Preserving Cash Through Cost Segregation

May 23, 2010

PRESERVING CASH THROUGH COST SEGREGATION
by Leo Charpentier

A safe and effective way to depreciate income-producing real property faster than over the typical 39 or 27.5-year lives We have great news for owners of income-producing property who are looking to shelter that income through depreciation.  The IRS has accepted an important tax strategy called a Cost Segregation Study that sharply increases depreciation deductions in the first few years of ownership.  More tax depreciation deductions result in a lower tax bill and that means more money in your pocket.
 
Typically, the entire cost of a building is lumped into a 39-year or 27.5-year depreciation category.  Multiple tax court cases have established that certain elements of a building's cost can be depreciated over much shorter periods such as 5, 7 or 15 years.  Those elements have to be identified and the cost assigned to them has to be determined by an acceptable method, must be reasonably proportional and needs to be supported by appropriate documentation. 
 
The IRS has published an Audit Technique Guideline that defines a standard for a "Quality" Cost Segregation Study.  By carefully adhering to that standard, your Cost Segregation Study can be a safe and extremely effective tax strategy at the same time.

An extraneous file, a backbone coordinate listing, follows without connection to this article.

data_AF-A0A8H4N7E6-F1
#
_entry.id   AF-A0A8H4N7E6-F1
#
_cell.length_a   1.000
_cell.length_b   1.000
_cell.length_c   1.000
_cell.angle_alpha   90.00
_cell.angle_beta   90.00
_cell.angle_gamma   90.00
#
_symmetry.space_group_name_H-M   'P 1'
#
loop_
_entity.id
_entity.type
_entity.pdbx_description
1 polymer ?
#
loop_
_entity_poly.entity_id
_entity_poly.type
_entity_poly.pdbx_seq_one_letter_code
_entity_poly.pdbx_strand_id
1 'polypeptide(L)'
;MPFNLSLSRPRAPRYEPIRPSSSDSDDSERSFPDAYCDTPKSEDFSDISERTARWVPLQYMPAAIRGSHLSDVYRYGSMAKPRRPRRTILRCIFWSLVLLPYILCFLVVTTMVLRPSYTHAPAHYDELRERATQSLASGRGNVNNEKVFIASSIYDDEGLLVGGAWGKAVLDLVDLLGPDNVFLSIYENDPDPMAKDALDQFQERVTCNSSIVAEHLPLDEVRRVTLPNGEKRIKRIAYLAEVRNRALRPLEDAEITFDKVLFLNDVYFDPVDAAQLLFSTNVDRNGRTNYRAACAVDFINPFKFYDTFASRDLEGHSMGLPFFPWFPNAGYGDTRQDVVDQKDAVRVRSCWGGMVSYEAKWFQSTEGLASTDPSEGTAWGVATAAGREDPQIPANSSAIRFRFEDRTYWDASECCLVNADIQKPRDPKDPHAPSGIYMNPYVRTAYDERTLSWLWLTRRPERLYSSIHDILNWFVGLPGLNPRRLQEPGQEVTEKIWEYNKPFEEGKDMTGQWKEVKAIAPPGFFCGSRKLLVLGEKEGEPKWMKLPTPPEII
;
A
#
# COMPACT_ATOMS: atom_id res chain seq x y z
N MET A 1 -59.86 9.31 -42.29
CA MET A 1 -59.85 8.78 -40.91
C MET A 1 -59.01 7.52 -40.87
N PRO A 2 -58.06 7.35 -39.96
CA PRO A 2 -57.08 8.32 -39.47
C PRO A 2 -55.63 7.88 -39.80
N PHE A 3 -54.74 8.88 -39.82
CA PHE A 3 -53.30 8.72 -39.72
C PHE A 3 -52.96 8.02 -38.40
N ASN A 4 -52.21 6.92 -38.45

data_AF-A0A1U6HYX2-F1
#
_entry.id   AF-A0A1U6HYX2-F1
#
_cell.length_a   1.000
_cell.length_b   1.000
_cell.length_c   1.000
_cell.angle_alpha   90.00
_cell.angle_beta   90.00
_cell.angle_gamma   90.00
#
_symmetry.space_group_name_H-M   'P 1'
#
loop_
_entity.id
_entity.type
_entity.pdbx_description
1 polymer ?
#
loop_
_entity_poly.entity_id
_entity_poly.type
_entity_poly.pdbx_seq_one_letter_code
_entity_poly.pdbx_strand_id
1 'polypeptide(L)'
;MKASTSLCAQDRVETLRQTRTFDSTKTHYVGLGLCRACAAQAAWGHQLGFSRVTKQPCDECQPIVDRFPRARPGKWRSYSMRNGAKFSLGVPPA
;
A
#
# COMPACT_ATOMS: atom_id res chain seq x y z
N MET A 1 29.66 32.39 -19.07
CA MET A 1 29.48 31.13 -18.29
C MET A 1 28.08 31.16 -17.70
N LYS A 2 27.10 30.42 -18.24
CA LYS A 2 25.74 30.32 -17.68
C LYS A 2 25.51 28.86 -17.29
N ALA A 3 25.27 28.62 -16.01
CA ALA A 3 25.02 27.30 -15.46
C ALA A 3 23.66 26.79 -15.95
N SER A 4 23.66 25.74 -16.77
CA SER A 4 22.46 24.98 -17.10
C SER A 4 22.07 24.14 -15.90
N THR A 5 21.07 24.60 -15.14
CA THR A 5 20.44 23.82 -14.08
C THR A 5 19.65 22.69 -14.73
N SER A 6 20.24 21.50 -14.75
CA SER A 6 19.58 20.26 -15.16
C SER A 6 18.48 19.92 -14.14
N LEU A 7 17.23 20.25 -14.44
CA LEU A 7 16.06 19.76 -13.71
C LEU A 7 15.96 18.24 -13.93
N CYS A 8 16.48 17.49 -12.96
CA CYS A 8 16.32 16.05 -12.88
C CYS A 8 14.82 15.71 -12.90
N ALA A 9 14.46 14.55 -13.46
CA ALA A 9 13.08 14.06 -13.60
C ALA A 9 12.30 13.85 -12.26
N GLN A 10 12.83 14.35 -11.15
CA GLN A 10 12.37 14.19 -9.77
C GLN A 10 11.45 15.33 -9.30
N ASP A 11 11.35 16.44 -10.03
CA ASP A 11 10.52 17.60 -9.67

Just how effective is a Cost Segregation Study?  Usually, anywhere from 10-30% of a building's cost can be reclassified to shorter depreciable lives.  As an example, an average building costing $1M will produce federal tax savings between $14,000 and $40,000 in the first five years of ownership.  In many cases, state tax savings can be realized as well.
 
And don't forget, for each of those early years of ownership, you'll have tax savings that can be used to further invest into real property, to lower mortgage debt or to use as you see fit
Here's more food for thought:  those higher tax deductions are protecting income that otherwise would be taxed at ordinary tax rates. Each time you take a depreciation deduction, you lower your basis in the property for tax purposes.  Lower basis means a higher capital gain.  By using the higher depreciation produced by a cost segregation study, you effectively take income that would have been taxed at ordinary rates and instead subject it to lower capital gains tax rates. 
 
One last thing, if you're ruing the fact that you didn't know about this valuable strategy four years ago when you bought that building, the IRS allows you to "Catch-up" in the year of the Study by making a Section 481(a) adjustment.

Anyone who has bought or built an income-producing property with a cost of $500,000 or more over the past four years would be well-served by looking into this safe and very effective strategy to preserve cash through tax savings.

 
Dynamic Business Solutions
a division of Dynamic Lease Corporation
1395 Atwood Ave., Suite 209E
Johnston, RI 02919
Tel. 401-432-7700, Fax 401-432-7701
www.dynamiclease.com

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